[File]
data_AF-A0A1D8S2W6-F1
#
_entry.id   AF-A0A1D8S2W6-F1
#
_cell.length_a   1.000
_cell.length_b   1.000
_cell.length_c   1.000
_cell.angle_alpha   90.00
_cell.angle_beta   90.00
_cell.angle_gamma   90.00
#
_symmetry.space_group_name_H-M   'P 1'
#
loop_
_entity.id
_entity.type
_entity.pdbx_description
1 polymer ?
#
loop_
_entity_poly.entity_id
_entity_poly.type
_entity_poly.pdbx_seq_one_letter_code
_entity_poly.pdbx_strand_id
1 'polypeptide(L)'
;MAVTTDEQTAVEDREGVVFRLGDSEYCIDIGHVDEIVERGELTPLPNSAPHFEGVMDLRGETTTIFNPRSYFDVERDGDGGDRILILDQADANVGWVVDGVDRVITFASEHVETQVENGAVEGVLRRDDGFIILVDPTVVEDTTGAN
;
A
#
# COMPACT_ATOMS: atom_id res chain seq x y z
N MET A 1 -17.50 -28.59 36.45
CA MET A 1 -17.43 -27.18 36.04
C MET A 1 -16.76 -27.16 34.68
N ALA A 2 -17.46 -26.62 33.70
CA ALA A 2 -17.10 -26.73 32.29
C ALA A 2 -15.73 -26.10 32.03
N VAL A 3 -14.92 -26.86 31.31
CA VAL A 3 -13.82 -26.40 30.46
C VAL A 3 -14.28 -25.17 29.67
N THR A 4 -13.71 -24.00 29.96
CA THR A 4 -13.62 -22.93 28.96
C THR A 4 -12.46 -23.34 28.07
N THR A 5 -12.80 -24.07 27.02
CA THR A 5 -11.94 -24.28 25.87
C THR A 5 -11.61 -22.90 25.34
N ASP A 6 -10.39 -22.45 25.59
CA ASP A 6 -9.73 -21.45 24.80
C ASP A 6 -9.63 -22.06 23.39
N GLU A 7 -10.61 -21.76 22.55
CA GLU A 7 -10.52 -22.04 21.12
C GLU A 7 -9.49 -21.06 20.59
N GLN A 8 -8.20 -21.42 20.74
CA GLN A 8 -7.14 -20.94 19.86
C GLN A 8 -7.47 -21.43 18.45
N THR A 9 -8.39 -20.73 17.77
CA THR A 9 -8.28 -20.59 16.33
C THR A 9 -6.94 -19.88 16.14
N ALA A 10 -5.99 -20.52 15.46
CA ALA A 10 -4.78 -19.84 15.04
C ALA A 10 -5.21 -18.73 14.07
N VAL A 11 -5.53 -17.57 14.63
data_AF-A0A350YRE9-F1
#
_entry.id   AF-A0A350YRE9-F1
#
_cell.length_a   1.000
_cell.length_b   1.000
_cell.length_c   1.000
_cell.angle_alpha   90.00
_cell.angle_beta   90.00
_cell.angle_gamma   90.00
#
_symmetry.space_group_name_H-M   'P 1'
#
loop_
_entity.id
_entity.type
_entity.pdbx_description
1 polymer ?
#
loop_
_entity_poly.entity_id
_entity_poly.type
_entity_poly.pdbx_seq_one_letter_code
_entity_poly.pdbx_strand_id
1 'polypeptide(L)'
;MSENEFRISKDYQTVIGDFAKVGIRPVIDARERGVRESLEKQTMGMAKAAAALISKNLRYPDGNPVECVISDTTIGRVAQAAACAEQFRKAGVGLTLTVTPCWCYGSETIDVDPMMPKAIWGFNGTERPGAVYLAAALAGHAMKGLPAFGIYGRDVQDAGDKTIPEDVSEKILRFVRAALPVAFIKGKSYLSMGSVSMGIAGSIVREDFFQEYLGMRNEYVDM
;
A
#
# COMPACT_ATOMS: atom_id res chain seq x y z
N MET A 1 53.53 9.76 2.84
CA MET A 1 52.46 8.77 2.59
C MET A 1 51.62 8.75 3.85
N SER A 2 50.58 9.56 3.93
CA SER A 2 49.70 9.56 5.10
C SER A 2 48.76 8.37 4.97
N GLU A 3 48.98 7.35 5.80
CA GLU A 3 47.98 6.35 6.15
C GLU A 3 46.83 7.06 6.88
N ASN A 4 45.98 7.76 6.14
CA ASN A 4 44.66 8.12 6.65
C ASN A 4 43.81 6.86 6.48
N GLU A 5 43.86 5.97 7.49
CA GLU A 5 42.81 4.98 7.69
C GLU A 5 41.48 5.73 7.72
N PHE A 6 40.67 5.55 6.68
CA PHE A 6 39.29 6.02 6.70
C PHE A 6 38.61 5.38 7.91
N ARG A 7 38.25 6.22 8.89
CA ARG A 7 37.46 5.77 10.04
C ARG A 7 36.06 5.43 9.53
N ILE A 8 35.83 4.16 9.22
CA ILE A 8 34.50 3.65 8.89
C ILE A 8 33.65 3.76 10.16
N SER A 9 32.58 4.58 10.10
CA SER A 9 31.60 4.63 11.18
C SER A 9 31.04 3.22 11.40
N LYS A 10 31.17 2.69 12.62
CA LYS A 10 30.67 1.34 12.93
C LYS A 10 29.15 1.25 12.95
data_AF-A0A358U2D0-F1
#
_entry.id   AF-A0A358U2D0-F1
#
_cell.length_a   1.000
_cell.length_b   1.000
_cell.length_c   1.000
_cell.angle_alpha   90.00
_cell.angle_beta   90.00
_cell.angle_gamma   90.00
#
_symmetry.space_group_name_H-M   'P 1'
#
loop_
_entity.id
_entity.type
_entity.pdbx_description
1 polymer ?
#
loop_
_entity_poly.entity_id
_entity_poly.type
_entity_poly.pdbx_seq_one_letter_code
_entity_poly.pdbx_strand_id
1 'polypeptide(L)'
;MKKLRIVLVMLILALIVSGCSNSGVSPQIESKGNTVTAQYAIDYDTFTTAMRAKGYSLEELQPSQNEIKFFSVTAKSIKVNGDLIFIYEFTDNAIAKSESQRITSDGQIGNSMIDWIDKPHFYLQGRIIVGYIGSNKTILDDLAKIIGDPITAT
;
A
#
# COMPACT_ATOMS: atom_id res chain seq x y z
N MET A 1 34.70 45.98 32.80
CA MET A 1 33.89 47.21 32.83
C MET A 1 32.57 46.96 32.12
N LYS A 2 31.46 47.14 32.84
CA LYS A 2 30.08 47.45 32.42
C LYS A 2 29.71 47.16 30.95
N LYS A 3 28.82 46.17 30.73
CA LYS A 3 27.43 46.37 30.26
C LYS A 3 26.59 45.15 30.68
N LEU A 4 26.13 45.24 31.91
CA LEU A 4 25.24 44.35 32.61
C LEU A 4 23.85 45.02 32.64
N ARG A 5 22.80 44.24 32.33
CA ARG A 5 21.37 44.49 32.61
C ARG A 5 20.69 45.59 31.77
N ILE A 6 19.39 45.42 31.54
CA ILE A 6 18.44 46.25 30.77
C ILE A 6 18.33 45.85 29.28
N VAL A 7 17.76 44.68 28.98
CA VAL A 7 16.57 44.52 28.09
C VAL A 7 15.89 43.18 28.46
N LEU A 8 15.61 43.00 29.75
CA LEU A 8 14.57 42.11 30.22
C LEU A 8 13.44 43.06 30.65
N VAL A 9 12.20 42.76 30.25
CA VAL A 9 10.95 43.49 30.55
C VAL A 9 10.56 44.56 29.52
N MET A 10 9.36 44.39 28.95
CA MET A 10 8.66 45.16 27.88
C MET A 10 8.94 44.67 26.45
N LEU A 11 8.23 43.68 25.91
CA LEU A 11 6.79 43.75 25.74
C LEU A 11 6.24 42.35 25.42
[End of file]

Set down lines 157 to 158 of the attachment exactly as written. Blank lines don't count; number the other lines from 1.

C LYS A 2 29.71 47.16 30.95
N LYS A 3 28.82 46.17 30.73